Causes of migrations have modified over hundreds of years. Some cases are constant, some of them do not carry the same importance as years ago (for example: in 18th and 19th centuries labor migration did not have the same character like today).


In general we can divide factors causing migrations into two groups of factors: Push and pull factors. In general: A push factor is a feature or event that pushes a person away from or encourages a person to leave his or her current residence (especially the parental home), city, state or country (especially of origin); organization, or religion (especially ones original religion). ...

  • Push Factors are economic, political, cultural, and environmentally based.
  • Pull Factors are economic, political, cultural, and environmentally based.
  • Barriers/Obstacles which is an example of Nigeria in the 1970s and 1980s.

Some certain factors are both push and pull like education, industry etc.


On the macro level, the causes of migration can be distilled into two main categories: security dimension of migration (natural disasters, conflicts, threats to individual safety, poor political prospects) and economic dimension of migration (poor economic situation, poor situation of national market). [AIV document]


Effects of migration

Migration like any other process shapes many fields of life, having both advantages and disadvantages. Effects of migrations are:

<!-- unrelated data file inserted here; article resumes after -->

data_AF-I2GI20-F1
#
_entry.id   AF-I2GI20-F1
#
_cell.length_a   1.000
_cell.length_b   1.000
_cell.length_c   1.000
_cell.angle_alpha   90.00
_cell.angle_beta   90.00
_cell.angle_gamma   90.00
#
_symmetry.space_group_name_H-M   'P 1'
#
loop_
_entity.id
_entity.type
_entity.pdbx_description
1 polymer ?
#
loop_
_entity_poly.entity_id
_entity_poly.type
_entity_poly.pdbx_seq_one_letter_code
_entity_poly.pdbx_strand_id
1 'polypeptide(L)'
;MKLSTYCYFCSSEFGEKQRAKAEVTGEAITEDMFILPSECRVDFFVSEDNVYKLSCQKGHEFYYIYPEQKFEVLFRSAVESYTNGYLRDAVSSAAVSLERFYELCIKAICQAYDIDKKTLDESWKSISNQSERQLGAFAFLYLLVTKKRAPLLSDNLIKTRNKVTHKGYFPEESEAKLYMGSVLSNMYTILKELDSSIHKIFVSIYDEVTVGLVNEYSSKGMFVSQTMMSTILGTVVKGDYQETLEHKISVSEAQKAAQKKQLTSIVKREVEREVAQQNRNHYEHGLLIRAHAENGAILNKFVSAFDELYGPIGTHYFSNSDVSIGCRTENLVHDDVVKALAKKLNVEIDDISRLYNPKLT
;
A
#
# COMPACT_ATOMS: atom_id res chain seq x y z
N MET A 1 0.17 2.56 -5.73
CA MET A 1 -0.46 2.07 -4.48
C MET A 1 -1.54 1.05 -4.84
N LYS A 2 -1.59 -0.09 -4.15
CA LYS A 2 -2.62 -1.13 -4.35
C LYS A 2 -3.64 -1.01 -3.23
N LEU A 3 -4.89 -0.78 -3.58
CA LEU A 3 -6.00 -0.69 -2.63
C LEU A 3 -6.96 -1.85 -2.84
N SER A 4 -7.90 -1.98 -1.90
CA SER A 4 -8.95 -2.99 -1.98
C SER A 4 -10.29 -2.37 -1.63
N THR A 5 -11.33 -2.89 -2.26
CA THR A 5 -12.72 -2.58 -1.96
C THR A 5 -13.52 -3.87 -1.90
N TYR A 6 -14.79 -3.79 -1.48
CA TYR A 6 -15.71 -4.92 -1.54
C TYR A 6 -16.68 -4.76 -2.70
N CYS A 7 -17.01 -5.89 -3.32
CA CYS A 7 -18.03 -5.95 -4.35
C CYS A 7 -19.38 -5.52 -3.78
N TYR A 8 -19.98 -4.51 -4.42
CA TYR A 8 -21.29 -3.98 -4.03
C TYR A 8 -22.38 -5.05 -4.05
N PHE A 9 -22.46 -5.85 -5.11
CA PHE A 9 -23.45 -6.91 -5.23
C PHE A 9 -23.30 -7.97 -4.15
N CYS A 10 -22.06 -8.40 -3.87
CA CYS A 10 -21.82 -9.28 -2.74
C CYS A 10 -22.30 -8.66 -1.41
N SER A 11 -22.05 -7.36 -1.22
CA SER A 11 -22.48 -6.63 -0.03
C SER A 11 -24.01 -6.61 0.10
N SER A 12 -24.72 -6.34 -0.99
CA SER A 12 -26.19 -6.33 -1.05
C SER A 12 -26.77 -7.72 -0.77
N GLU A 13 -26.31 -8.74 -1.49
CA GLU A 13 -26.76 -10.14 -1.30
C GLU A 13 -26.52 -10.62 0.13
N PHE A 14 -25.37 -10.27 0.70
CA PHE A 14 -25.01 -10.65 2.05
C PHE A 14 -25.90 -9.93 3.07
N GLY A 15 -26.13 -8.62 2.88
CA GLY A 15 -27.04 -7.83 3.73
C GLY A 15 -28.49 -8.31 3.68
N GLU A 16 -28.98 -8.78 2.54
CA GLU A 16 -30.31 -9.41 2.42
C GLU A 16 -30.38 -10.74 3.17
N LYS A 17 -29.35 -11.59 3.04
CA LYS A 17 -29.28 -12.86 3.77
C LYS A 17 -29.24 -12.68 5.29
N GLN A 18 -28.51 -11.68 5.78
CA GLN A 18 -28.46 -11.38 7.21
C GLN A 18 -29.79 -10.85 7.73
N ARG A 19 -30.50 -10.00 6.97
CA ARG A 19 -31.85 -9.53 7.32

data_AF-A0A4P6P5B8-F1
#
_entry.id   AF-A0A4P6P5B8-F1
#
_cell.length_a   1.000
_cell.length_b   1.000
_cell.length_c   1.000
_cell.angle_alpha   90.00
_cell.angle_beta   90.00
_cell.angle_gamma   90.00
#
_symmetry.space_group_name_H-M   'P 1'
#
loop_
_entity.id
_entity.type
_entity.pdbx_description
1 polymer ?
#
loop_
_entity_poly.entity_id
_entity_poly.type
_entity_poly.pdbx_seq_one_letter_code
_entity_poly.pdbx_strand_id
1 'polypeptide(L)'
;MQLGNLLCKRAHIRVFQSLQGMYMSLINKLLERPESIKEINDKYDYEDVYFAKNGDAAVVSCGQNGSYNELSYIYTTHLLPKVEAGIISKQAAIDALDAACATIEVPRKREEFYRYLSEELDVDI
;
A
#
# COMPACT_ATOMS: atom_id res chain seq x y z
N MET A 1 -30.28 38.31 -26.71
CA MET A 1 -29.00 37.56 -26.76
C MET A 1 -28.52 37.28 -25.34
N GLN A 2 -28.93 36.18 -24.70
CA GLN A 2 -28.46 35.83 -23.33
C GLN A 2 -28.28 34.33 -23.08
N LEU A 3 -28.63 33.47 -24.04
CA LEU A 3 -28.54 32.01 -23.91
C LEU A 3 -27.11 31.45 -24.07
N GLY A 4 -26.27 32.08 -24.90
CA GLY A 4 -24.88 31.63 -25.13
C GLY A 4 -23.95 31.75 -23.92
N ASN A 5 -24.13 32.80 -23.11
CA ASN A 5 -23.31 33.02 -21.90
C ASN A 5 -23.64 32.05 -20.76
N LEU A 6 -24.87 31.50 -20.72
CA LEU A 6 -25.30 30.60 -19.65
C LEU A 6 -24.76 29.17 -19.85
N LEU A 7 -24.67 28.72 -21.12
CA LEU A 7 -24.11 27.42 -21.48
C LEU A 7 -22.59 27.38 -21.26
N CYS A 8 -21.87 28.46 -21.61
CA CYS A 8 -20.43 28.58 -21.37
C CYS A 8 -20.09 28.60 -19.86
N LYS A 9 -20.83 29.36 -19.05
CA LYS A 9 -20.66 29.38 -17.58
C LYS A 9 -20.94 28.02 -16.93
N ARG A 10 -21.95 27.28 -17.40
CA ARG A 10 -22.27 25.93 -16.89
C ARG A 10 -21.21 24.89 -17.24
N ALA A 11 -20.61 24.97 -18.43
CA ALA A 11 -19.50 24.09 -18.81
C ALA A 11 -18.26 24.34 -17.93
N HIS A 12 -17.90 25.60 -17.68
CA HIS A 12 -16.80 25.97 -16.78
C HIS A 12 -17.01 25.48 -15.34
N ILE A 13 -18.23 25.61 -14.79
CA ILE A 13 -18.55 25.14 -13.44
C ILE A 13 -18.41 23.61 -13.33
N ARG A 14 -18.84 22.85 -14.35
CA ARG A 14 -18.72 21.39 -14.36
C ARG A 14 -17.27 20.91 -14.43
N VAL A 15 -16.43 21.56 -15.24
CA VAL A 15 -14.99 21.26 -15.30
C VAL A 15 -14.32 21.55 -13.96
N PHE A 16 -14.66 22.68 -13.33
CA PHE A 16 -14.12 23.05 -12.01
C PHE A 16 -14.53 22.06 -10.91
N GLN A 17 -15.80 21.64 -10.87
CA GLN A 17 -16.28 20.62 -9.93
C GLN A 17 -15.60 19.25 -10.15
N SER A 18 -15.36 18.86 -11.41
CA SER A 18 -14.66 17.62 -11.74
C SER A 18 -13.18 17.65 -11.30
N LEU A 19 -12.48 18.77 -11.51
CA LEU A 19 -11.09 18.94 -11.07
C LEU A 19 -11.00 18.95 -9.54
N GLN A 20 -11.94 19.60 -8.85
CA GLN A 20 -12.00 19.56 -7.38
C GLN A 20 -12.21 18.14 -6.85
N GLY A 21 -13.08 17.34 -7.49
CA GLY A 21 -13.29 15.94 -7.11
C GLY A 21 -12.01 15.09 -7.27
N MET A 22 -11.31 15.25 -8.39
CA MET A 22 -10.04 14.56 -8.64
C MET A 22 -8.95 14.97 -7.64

• changes in population distribution
  • mixing of different cultures and races, what often leads to negative social behaviors – tensions in society between majorities and minorities, followed often by local struggles and racism and racial discrimination[citation needed]. Also criminality growth can be caused[citation needed]. But effects in different societies can be different. It is possible also some positive cultural effects of migration, for example exchange of cultural experience, new knowledge.
  • demographic consequences: since migration is selective of particular age groups, migrants are mostly young and in productive age. It can cause a demographic crisis – population ageing, what in turn can be followed by economic problems (shrinking group of economically active population has to finance extending group of inactive population).
  • economic results, which are of the greatest importance for the development of the countries.

THE FUTURE OF BRITAIN, LONG LIVE THE WHITES!!!!! ... In demographics, population ageing or population aging (see English spelling differences) occurs when the median age of a country or region rises. ... One of the most important dimension of migrations’ effects. ...

Migration in the European Union

The wages in the European Union are generally higher than the rest of Europe- thus explaining why a large number of Eastern Europeans choose to migrate to the EU. However, such migration is becoming increasingly difficult with the EU's ever more stringent immigration laws. Immigrants from the ten mostly Eastern European states admitted to the EU in 2004, however, can freely migrate to Great Britain, Ireland and Sweden. Pre-1989 division between the West (grey) and Eastern Bloc (orange) superimposed on current national boundaries: Russia (dark orange), other countries of the former USSR (medium orange),members of the Warsaw pact (light orange), and other former Communist regimes not aligned with Moscow (lightest orange). ...


For more information go to:

  • OECD International Migration Data 2006
  • Net Human Migration Rate in OECD Countries
  • Inflows of assylum seekers into OECD countries

Literature

Books

  • Bauder, Harald Labor Movement: How Migration Regulates Labor Markets, New York: Oxford University Press 2006